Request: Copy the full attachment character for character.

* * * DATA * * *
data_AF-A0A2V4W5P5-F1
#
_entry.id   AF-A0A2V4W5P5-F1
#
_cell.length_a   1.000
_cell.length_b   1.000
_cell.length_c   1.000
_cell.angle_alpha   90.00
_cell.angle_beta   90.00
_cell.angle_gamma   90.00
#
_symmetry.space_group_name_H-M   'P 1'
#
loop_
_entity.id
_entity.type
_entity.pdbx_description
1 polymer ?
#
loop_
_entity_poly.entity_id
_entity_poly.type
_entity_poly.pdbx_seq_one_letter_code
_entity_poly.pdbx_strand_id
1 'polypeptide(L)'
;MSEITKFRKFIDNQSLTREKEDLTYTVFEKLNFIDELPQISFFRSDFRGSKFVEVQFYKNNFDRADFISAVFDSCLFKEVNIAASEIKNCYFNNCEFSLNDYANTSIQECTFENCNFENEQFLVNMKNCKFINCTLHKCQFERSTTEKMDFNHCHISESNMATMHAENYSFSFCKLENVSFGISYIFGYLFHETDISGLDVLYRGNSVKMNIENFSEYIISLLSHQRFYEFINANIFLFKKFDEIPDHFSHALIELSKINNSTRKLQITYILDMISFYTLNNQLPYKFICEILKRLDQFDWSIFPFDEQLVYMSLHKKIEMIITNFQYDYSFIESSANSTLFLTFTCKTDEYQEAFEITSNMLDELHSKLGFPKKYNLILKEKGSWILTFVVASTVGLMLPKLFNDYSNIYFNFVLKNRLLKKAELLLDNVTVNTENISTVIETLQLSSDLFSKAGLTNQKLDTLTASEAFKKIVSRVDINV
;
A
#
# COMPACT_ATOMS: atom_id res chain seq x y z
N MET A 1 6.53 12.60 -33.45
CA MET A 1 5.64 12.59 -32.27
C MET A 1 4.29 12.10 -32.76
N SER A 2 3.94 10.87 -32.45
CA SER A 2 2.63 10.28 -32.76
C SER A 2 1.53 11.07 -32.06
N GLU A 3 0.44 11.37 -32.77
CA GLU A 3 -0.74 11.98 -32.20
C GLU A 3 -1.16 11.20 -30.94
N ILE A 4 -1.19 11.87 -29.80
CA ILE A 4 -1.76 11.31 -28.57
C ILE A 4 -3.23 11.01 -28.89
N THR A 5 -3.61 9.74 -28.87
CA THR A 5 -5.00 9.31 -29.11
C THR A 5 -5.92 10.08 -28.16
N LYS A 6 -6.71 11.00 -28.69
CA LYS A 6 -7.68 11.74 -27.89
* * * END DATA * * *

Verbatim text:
data_AF-A0A2V4W5P5-F1
#
_entry.id   AF-A0A2V4W5P5-F1
#
_cell.length_a   1.000
_cell.length_b   1.000
_cell.length_c   1.000
_cell.angle_alpha   90.00
_cell.angle_beta   90.00
_cell.angle_gamma   90.00
#
_symmetry.space_group_name_H-M   'P 1'
#
loop_
_entity.id
_entity.type
_entity.pdbx_description
1 polymer ?
#
loop_
_entity_poly.entity_id
_entity_poly.type
_entity_poly.pdbx_seq_one_letter_code
_entity_poly.pdbx_strand_id
1 'polypeptide(L)'
;MSEITKFRKFIDNQSLTREKEDLTYTVFEKLNFIDELPQISFFRSDFRGSKFVEVQFYKNNFDRADFISAVFDSCLFKEVNIAASEIKNCYFNNCEFSLNDYANTSIQECTFENCNFENEQFLVNMKNCKFINCTLHKCQFERSTTEKMDFNHCHISESNMATMHAENYSFSFCKLENVSFGISYIFGYLFHETDISGLDVLYRGNSVKMNIENFSEYIISLLSHQRFYEFINANIFLFKKFDEIPDHFSHALIELSKINNSTRKLQITYILDMISFYTLNNQLPYKFICEILKRLDQFDWSIFPFDEQLVYMSLHKKIEMIITNFQYDYSFIESSANSTLFLTFTCKTDEYQEAFEITSNMLDELHSKLGFPKKYNLILKEKGSWILTFVVASTVGLMLPKLFNDYSNIYFNFVLKNRLLKKAELLLDNVTVNTENISTVIETLQLSSDLFSKAGLTNQKLDTLTASEAFKKIVSRVDINV
;
A
#
# COMPACT_ATOMS: atom_id res chain seq x y z
N MET A 1 6.53 12.60 -33.45
CA MET A 1 5.64 12.59 -32.27
C MET A 1 4.29 12.10 -32.76
N SER A 2 3.94 10.87 -32.45
CA SER A 2 2.63 10.28 -32.76
C SER A 2 1.53 11.07 -32.06
N GLU A 3 0.44 11.37 -32.77
CA GLU A 3 -0.74 11.98 -32.20
C GLU A 3 -1.16 11.20 -30.94
N ILE A 4 -1.19 11.87 -29.80
CA ILE A 4 -1.76 11.31 -28.57
C ILE A 4 -3.23 11.01 -28.89
N THR A 5 -3.61 9.74 -28.87
CA THR A 5 -5.00 9.31 -29.11
C THR A 5 -5.92 10.08 -28.16
N LYS A 6 -6.71 11.00 -28.69
CA LYS A 6 -7.68 11.74 -27.89